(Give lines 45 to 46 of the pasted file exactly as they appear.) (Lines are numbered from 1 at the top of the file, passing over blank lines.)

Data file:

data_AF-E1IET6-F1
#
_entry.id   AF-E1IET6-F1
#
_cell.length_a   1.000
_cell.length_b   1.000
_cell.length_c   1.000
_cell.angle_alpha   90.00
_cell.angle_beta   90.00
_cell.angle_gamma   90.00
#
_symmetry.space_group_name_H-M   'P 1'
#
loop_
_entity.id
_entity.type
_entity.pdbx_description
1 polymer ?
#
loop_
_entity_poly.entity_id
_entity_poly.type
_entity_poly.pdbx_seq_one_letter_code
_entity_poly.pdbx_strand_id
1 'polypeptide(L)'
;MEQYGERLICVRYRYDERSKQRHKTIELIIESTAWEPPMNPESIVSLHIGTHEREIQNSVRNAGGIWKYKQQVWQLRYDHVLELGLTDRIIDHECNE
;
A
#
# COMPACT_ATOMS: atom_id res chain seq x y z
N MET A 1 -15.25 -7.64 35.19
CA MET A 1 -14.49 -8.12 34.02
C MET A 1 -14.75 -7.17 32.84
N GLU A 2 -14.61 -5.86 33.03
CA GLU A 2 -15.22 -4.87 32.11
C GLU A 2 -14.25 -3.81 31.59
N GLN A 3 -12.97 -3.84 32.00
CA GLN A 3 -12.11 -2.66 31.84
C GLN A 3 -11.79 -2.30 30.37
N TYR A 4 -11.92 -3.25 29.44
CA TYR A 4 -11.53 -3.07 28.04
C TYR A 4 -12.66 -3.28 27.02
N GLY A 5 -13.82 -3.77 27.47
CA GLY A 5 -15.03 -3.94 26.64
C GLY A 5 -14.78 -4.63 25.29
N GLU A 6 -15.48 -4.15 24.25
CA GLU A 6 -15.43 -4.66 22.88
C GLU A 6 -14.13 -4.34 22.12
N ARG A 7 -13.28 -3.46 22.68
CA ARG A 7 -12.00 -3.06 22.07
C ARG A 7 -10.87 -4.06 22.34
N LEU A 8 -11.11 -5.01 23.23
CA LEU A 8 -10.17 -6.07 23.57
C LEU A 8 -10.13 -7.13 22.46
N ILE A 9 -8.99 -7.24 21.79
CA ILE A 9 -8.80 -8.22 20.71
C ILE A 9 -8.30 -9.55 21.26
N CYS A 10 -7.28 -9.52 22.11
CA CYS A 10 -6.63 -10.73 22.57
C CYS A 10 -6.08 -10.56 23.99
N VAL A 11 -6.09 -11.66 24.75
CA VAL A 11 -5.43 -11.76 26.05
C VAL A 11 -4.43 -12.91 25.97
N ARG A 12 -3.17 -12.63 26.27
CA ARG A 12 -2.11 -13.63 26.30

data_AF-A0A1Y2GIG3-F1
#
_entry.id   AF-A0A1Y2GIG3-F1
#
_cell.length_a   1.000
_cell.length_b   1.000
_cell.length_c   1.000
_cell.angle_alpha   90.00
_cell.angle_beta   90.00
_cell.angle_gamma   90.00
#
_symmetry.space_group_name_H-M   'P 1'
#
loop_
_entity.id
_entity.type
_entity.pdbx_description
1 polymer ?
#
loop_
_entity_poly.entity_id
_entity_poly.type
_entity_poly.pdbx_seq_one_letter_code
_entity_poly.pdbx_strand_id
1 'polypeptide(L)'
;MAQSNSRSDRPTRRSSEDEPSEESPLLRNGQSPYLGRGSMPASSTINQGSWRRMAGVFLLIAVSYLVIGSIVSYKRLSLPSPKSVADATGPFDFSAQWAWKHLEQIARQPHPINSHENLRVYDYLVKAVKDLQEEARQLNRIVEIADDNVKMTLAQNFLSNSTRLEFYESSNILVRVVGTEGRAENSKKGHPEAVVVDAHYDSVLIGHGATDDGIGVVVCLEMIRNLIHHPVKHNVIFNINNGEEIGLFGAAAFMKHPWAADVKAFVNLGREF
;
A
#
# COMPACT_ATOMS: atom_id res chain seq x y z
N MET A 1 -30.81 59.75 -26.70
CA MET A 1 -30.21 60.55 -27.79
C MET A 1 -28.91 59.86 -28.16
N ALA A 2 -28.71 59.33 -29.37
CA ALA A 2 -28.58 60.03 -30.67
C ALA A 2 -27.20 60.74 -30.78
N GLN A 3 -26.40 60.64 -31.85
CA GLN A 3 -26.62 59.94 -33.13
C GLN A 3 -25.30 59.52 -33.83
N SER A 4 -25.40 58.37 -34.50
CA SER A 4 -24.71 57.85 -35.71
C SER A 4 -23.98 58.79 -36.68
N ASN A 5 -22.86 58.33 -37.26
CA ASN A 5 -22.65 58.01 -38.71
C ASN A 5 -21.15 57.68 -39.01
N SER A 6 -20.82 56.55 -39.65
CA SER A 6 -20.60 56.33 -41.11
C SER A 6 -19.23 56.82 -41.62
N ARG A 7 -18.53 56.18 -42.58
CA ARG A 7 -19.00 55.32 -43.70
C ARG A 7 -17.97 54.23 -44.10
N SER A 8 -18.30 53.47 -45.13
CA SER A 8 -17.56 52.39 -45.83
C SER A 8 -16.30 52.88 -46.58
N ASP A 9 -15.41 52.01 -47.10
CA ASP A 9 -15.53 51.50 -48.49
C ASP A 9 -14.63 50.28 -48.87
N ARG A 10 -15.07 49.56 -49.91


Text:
C GLY A 5 -14.78 -4.63 25.29
N GLU A 6 -15.48 -4.15 24.25